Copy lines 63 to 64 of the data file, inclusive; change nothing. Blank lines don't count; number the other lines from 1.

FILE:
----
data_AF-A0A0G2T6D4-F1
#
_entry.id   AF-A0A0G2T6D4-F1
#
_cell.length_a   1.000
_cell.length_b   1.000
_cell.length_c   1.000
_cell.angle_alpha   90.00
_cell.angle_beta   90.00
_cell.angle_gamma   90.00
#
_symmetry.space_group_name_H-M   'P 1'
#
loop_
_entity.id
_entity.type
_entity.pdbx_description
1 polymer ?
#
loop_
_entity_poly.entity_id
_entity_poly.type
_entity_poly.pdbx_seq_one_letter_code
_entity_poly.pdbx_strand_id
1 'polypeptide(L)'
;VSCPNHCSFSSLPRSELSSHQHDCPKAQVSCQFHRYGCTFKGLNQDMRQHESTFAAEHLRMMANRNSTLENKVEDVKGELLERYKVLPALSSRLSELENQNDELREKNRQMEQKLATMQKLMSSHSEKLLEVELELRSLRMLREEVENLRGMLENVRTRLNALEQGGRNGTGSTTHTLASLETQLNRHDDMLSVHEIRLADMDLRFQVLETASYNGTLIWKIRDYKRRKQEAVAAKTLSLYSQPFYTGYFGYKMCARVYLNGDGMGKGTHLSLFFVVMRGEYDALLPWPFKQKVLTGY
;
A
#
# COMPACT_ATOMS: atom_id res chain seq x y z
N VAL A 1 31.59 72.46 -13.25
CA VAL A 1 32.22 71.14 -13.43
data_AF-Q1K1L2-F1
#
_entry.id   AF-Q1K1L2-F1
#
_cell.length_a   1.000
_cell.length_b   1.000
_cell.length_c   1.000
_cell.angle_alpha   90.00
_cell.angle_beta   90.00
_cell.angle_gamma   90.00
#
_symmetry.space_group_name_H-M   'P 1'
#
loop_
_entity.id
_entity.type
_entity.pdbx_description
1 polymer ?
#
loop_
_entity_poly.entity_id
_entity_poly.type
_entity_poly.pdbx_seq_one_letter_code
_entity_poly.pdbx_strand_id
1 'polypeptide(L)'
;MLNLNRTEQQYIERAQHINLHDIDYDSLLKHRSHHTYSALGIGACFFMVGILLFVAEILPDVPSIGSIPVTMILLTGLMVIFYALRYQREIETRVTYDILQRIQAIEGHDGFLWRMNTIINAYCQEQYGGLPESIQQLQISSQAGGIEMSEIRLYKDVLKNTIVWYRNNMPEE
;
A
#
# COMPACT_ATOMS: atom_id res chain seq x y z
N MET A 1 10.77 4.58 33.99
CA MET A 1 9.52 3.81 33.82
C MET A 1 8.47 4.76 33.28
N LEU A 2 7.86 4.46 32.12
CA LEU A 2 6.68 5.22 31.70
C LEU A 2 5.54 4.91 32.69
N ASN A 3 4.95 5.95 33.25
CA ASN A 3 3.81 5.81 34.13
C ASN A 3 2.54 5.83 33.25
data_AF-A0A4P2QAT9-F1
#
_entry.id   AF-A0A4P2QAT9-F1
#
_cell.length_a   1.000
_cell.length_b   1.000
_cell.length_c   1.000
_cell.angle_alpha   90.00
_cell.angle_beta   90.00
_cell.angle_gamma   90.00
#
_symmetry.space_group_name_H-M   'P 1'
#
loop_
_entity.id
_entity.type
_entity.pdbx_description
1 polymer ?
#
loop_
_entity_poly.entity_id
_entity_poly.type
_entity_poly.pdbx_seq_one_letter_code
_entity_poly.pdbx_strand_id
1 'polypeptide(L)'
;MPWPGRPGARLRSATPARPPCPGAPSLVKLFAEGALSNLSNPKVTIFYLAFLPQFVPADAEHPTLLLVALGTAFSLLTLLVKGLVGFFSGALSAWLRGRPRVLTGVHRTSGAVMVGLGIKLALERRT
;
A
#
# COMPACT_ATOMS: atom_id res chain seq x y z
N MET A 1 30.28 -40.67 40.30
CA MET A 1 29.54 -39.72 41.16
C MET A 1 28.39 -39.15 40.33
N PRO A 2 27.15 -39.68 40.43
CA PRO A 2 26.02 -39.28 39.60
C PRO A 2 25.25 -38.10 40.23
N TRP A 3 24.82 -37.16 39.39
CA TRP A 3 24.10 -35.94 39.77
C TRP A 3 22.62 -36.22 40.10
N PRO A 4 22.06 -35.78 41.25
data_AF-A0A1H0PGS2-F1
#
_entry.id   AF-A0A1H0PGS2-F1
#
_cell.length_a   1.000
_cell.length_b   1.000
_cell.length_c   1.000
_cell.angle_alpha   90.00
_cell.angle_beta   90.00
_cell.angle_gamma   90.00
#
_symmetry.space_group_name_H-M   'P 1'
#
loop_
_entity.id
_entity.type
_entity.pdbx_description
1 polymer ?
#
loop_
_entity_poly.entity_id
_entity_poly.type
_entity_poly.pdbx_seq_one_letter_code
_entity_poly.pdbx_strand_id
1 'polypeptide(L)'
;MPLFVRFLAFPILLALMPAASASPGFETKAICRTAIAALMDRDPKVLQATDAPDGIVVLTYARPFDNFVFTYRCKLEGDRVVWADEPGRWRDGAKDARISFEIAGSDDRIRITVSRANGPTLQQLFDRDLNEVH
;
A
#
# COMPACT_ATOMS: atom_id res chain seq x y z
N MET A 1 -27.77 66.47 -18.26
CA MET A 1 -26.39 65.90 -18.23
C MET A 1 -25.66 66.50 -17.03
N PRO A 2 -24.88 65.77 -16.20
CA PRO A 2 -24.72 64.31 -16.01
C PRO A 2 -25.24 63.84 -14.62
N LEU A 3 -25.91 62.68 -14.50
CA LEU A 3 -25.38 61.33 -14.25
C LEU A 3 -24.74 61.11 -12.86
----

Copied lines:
N MET A 1 10.77 4.58 33.99
CA MET A 1 9.52 3.81 33.82